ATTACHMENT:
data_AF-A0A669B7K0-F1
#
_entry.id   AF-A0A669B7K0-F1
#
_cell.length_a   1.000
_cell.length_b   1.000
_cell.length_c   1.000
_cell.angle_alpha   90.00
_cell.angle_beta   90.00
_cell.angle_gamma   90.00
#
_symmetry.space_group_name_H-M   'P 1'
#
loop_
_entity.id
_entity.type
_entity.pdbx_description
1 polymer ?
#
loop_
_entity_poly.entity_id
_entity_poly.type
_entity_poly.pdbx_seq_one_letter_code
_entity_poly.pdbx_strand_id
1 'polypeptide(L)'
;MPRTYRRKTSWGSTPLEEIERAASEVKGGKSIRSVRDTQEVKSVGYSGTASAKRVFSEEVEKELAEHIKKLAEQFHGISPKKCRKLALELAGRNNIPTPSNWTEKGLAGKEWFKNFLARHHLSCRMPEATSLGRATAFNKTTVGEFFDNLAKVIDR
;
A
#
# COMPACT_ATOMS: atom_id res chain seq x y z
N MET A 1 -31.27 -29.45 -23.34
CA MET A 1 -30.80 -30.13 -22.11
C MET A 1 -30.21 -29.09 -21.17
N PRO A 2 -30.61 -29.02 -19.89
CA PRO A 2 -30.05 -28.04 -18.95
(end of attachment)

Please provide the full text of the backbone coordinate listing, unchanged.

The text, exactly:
data_AF-A0A669B7K0-F1
#
_entry.id   AF-A0A669B7K0-F1
#
_cell.length_a   1.000
_cell.length_b   1.000
_cell.length_c   1.000
_cell.angle_alpha   90.00
_cell.angle_beta   90.00
_cell.angle_gamma   90.00
#
_symmetry.space_group_name_H-M   'P 1'
#
loop_
_entity.id
_entity.type
_entity.pdbx_description
1 polymer ?
#
loop_
_entity_poly.entity_id
_entity_poly.type
_entity_poly.pdbx_seq_one_letter_code
_entity_poly.pdbx_strand_id
1 'polypeptide(L)'
;MPRTYRRKTSWGSTPLEEIERAASEVKGGKSIRSVRDTQEVKSVGYSGTASAKRVFSEEVEKELAEHIKKLAEQFHGISPKKCRKLALELAGRNNIPTPSNWTEKGLAGKEWFKNFLARHHLSCRMPEATSLGRATAFNKTTVGEFFDNLAKVIDR
;
A
#
# COMPACT_ATOMS: atom_id res chain seq x y z
N MET A 1 -31.27 -29.45 -23.34
CA MET A 1 -30.80 -30.13 -22.11
C MET A 1 -30.21 -29.09 -21.17
N PRO A 2 -30.61 -29.02 -19.89
CA PRO A 2 -30.05 -28.04 -18.95